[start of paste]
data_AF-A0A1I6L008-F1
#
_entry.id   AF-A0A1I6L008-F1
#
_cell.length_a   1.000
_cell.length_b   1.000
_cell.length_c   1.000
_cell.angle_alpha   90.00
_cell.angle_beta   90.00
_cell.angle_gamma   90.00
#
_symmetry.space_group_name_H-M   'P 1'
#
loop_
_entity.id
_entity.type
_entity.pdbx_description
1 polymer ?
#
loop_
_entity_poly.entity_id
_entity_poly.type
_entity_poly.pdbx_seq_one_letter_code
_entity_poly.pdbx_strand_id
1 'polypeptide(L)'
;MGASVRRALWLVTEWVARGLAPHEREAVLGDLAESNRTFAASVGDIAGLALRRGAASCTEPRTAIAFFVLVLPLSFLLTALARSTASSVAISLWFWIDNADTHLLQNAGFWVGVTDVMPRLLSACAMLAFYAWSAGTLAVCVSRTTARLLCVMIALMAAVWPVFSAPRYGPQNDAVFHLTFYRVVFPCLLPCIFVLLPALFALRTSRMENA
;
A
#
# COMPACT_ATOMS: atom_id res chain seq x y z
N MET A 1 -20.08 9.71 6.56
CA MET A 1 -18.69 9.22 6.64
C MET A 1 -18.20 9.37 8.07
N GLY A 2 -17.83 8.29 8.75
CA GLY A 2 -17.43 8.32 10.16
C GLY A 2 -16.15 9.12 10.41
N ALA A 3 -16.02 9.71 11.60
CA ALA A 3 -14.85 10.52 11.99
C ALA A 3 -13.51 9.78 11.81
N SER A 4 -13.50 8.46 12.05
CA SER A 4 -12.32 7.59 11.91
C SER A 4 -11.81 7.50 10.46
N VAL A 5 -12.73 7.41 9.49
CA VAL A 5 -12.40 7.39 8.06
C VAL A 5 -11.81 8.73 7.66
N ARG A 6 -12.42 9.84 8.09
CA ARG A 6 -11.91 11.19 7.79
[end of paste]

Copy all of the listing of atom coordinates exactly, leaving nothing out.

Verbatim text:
data_AF-A0A1I6L008-F1
#
_entry.id   AF-A0A1I6L008-F1
#
_cell.length_a   1.000
_cell.length_b   1.000
_cell.length_c   1.000
_cell.angle_alpha   90.00
_cell.angle_beta   90.00
_cell.angle_gamma   90.00
#
_symmetry.space_group_name_H-M   'P 1'
#
loop_
_entity.id
_entity.type
_entity.pdbx_description
1 polymer ?
#
loop_
_entity_poly.entity_id
_entity_poly.type
_entity_poly.pdbx_seq_one_letter_code
_entity_poly.pdbx_strand_id
1 'polypeptide(L)'
;MGASVRRALWLVTEWVARGLAPHEREAVLGDLAESNRTFAASVGDIAGLALRRGAASCTEPRTAIAFFVLVLPLSFLLTALARSTASSVAISLWFWIDNADTHLLQNAGFWVGVTDVMPRLLSACAMLAFYAWSAGTLAVCVSRTTARLLCVMIALMAAVWPVFSAPRYGPQNDAVFHLTFYRVVFPCLLPCIFVLLPALFALRTSRMENA
;
A
#
# COMPACT_ATOMS: atom_id res chain seq x y z
N MET A 1 -20.08 9.71 6.56
CA MET A 1 -18.69 9.22 6.64
C MET A 1 -18.20 9.37 8.07
N GLY A 2 -17.83 8.29 8.75
CA GLY A 2 -17.43 8.32 10.16
C GLY A 2 -16.15 9.12 10.41
N ALA A 3 -16.02 9.71 11.60
CA ALA A 3 -14.85 10.52 11.99
C ALA A 3 -13.51 9.78 11.81
N SER A 4 -13.50 8.46 12.05
CA SER A 4 -12.32 7.59 11.91
C SER A 4 -11.81 7.50 10.46
N VAL A 5 -12.73 7.41 9.49
CA VAL A 5 -12.40 7.39 8.06
C VAL A 5 -11.81 8.73 7.66
N ARG A 6 -12.42 9.84 8.09
CA ARG A 6 -11.91 11.19 7.79